As the end of Daylight Saving Time approaches, it is time to remember to set our clocks back one hour. While this means we’ll have an extra hour in our day, it also means that we need to take some precautions to stay safe and prepared for the colder months ahead.
Stay alert on our roads
As daylight hours shorten this time of year, it makes it harder to see on our roads. Whether you’re walking, cycling or driving, remember to be aware and stay alert to prevent collisions. If you’re driving, be aware of the posted speed limit and watch for pedestrians and cyclists, especially when turning. To help increase your visibility, use designated crosswalks or crossrides to cross the road if you’re walking or cycling, and use lights and reflectors on your bike.
Check your alarms
Check your smoke and carbon monoxide alarms are working properly. Test them by pushing the test button and vacuum them to remove dust particles. Smoke and carbon monoxide alarms can lose their effectiveness over time, so if yours are expired, purchase a new one at your local home and building store. You can also change batteries once a year and when you hear the low-battery warning beep. Your smoke alarms can be upgraded to newer models with longer battery life, so you don’t have to worry about replacing the batteries for a few years.
Shut off water to your garden tap and hose
Drain water from outdoor hoses and shut off outdoor faucets from indoors pipes to prevent them from freezing once the temperature falls below zero. If water is not drained during the winter, it could freeze and cause your pipes to burst. Remember to keep the heat in your home on to help plumbing pipes stay warm.
Inspect outdoor drainage, eaves troughs, downspouts and rain barrels
Ensure that eaves troughs, downspouts and basement window wells on your home are clear of leaves, debris, and any blockages, and that downspout extensions direct water away from any building foundations. Window wells can be covered with clear plastic covers to keep debris out, but must still permit escape. Rain barrels should be disconnected and emptied and water from the downspout should be directed at least 2 metre away from your basement walls.
Drain outdoor pools, hot tubs and spas
Pool chemical harm downstream creeks. Stop adding chemicals to the pool or spa for at least 7 days before draining the water and leave the cover off to allow sunlight to break down the chlorine. On dry days only, drain water slowly by a hose long enough to reach the street.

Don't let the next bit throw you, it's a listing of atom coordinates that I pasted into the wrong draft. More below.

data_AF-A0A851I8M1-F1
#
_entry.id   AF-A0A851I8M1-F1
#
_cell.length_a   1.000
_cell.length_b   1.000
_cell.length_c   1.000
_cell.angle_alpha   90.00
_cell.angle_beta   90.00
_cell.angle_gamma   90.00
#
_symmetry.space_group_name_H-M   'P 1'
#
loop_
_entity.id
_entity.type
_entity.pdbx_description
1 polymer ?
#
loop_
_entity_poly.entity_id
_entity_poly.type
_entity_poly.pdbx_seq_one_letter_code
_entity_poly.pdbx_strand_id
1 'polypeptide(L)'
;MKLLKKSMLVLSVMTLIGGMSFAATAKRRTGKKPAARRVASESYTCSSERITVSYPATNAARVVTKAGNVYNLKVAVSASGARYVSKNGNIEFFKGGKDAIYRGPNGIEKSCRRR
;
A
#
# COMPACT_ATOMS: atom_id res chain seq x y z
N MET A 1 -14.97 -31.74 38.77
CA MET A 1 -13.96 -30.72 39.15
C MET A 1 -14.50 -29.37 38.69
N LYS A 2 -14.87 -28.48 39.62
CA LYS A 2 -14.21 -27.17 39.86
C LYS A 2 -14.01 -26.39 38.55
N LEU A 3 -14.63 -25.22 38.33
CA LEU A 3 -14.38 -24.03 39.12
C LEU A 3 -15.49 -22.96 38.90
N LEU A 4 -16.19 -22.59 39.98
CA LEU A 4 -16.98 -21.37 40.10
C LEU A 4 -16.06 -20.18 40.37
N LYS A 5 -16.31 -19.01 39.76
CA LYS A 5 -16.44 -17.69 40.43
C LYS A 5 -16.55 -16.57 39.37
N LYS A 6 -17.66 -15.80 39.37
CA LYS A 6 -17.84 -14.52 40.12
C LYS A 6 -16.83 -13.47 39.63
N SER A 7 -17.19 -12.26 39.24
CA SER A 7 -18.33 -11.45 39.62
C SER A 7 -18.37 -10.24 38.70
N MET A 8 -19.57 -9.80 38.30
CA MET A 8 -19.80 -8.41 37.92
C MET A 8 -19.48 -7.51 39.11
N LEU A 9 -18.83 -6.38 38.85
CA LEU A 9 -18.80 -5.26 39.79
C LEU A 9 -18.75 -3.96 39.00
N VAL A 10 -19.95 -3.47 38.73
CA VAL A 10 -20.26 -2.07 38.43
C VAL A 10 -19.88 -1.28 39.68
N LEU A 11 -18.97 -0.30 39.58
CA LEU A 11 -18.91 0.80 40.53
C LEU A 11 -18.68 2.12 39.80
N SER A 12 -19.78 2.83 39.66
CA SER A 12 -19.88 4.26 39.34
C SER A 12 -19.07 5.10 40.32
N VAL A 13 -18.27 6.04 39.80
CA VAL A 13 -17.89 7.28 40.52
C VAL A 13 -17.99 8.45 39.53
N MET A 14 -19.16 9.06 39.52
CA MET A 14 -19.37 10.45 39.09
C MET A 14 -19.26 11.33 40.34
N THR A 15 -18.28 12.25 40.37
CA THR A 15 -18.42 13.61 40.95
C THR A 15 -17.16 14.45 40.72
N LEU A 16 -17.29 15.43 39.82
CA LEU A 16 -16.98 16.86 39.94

Cleanout dryer hoses, fireplaces and chimneys
It’s a good time to clean your dryer hose to prevent fires. Cleaning your lint filter, emptying or replacing your dryer hose and regularly checking the vent and exhaust can help prevent fires. While you are at it, check both your fireplace and chimney cleaned and inspected. Clogged chimneys can cause house fires and carbon monoxide poisoning. Make sure your chimney flue works so you don’t experience drafts.
Clear debris from catch basins
Ensure that stormwater can flow freely by removing garbage, debris or leaves that block or clog catch basins. Residents can also report blocked catch basins that are not draining to 311.
Dig out our winter essentials
Winter outdoor clothing essentials are a must-have with spending time outdoors during the colder months. Accessories such as hats, gloves, scarves and warm waterproof boots are also important to protect against frostbite and keep extremities warm.
Put on your winter tires
Winter tires are designed for cold climates and offer enhanced traction, giving a better grip on roads and reducing braking distances. Try to get your tires on before temperatures dip below the freezing mark.
Winterize your car
Before the snow and icy weather start, make sure your car is ready for winter. In addition to getting your winter tires put on, test your car battery, check your coolant, top up your fluids, test out your wipers blades and clean your headlights, and make sure you have an emergency preparedness kit.
With the end of Daylight Saving Time, stay safe and enjoy the extra hour! Remember to take extra precautions as the days get shorter and darker.
SOURCE City of Mississauga